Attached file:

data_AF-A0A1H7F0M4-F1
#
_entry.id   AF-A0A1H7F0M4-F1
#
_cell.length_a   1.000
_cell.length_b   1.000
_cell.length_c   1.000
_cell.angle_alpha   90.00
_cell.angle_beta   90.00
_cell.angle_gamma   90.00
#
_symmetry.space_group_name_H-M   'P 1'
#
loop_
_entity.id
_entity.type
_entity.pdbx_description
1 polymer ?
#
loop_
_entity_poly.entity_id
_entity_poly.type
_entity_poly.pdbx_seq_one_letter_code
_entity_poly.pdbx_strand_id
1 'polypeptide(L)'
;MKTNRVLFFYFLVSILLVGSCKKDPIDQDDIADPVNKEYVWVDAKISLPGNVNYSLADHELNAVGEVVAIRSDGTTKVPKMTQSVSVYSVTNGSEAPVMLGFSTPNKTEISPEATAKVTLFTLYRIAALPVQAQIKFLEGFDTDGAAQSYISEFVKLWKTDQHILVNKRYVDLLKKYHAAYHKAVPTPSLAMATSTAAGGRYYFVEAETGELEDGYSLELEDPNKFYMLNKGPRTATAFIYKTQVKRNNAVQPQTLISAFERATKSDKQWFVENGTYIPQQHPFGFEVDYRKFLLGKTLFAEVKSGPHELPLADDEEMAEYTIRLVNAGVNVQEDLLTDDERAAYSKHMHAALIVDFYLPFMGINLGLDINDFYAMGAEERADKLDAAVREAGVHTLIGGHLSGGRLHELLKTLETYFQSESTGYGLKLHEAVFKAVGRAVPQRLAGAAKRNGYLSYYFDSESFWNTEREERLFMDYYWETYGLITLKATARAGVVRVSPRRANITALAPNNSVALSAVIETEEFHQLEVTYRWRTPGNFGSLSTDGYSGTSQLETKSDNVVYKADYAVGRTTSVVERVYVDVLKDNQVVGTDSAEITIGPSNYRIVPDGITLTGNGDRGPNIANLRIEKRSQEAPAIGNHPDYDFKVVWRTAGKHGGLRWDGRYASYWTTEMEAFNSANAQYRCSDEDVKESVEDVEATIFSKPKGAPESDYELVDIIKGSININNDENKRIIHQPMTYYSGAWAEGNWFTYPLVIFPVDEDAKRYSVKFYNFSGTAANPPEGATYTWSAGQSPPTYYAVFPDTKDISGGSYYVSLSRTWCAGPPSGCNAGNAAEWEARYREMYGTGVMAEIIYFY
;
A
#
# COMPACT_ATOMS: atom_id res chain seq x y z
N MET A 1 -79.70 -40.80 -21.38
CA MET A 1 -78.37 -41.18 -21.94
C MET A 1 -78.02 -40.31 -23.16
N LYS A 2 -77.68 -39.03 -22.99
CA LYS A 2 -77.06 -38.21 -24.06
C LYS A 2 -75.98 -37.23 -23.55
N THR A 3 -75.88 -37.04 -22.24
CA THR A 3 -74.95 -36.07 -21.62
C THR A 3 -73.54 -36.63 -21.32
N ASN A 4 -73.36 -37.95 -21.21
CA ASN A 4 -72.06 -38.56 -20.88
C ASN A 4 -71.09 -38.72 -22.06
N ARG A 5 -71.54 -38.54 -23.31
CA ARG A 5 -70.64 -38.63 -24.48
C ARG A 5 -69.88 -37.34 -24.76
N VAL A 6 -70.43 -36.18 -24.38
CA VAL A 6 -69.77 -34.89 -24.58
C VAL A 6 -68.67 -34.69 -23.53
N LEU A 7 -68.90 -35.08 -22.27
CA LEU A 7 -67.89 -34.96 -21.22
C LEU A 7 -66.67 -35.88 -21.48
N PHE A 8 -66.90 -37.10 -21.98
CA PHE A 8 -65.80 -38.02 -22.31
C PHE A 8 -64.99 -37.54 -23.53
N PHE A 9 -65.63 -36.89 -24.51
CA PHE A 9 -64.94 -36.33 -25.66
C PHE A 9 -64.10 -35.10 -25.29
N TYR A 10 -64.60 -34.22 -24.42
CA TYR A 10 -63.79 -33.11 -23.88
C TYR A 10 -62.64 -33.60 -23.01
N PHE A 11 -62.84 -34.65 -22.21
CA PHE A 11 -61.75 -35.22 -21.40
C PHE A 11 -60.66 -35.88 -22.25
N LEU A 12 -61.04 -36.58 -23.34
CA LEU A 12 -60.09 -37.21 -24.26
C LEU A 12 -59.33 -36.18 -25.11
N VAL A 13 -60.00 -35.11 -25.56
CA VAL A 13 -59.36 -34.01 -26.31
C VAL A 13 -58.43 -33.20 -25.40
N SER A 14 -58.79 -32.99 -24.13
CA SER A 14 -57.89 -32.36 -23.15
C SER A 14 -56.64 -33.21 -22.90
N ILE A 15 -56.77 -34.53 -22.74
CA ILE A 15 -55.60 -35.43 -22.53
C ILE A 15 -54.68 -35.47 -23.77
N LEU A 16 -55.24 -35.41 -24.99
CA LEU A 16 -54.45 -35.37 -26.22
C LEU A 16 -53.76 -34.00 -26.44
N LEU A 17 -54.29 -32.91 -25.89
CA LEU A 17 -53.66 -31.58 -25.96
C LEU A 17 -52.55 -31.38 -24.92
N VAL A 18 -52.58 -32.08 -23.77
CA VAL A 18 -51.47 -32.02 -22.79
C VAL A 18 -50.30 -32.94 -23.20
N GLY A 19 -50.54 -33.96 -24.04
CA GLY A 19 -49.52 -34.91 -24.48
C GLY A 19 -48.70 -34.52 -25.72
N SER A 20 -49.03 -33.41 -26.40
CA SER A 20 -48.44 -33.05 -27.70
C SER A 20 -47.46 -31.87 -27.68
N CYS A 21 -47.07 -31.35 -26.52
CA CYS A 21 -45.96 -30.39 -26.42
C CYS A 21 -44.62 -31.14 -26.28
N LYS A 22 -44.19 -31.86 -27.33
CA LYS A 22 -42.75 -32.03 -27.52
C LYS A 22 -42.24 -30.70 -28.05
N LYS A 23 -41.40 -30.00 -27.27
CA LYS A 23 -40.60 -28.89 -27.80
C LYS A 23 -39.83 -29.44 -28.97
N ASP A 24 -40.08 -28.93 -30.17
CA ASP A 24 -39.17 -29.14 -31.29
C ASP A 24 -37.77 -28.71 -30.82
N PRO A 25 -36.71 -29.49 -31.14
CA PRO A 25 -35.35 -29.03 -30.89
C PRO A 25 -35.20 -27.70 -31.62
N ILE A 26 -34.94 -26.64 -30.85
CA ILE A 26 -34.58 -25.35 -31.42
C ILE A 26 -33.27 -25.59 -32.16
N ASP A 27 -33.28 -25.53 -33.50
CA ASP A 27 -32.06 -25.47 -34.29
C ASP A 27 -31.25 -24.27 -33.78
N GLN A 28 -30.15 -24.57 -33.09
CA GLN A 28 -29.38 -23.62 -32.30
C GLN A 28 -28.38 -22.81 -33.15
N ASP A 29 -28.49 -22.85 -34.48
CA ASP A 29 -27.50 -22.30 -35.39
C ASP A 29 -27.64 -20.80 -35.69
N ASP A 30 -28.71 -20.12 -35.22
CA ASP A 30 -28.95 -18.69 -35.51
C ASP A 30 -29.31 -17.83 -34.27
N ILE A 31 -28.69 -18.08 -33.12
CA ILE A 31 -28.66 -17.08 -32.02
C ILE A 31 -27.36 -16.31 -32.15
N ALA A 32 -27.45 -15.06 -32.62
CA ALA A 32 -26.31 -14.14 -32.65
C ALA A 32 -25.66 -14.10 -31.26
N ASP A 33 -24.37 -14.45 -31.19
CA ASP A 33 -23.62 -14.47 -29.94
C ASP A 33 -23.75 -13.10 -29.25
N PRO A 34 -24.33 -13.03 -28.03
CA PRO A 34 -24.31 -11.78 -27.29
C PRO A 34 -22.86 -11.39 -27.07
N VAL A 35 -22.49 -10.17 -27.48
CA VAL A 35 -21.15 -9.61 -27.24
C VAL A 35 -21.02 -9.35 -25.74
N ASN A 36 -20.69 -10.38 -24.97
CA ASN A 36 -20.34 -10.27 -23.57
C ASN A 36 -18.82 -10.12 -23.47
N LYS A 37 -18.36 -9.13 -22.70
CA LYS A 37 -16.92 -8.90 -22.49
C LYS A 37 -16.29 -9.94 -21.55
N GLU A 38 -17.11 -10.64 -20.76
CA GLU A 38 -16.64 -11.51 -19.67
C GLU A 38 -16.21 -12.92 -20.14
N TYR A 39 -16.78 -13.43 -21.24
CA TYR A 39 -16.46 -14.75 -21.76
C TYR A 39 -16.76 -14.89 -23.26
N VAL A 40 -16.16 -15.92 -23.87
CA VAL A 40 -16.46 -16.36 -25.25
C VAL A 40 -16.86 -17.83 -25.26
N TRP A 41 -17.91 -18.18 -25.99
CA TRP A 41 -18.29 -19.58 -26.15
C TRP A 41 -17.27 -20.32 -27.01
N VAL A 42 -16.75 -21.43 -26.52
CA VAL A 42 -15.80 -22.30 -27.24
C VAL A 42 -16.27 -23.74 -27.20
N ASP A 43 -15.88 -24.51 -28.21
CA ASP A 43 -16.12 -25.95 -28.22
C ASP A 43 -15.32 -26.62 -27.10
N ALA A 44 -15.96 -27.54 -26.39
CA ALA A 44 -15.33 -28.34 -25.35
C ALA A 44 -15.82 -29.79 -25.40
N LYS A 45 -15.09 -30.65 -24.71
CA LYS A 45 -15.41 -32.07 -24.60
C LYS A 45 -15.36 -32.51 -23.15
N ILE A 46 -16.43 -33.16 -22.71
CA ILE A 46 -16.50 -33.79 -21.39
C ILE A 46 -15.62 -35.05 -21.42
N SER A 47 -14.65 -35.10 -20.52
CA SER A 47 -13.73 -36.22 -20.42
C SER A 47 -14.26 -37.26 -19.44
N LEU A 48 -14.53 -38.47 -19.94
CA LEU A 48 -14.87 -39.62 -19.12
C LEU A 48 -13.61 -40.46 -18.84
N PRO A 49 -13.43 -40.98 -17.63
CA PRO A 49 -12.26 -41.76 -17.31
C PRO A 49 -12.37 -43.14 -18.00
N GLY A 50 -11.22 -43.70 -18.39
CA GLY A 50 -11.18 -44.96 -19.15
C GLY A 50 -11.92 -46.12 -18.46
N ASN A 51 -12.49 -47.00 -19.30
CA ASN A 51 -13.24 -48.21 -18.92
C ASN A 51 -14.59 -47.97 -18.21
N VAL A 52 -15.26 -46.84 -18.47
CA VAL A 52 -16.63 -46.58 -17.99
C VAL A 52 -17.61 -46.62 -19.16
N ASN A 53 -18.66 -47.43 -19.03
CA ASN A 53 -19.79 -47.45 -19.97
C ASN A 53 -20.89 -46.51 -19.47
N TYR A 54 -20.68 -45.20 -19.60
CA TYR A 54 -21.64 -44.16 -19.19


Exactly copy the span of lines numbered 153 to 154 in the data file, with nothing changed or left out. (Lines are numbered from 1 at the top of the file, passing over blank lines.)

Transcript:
C TRP A 41 -17.27 -20.32 -27.01
N VAL A 42 -16.75 -21.43 -26.52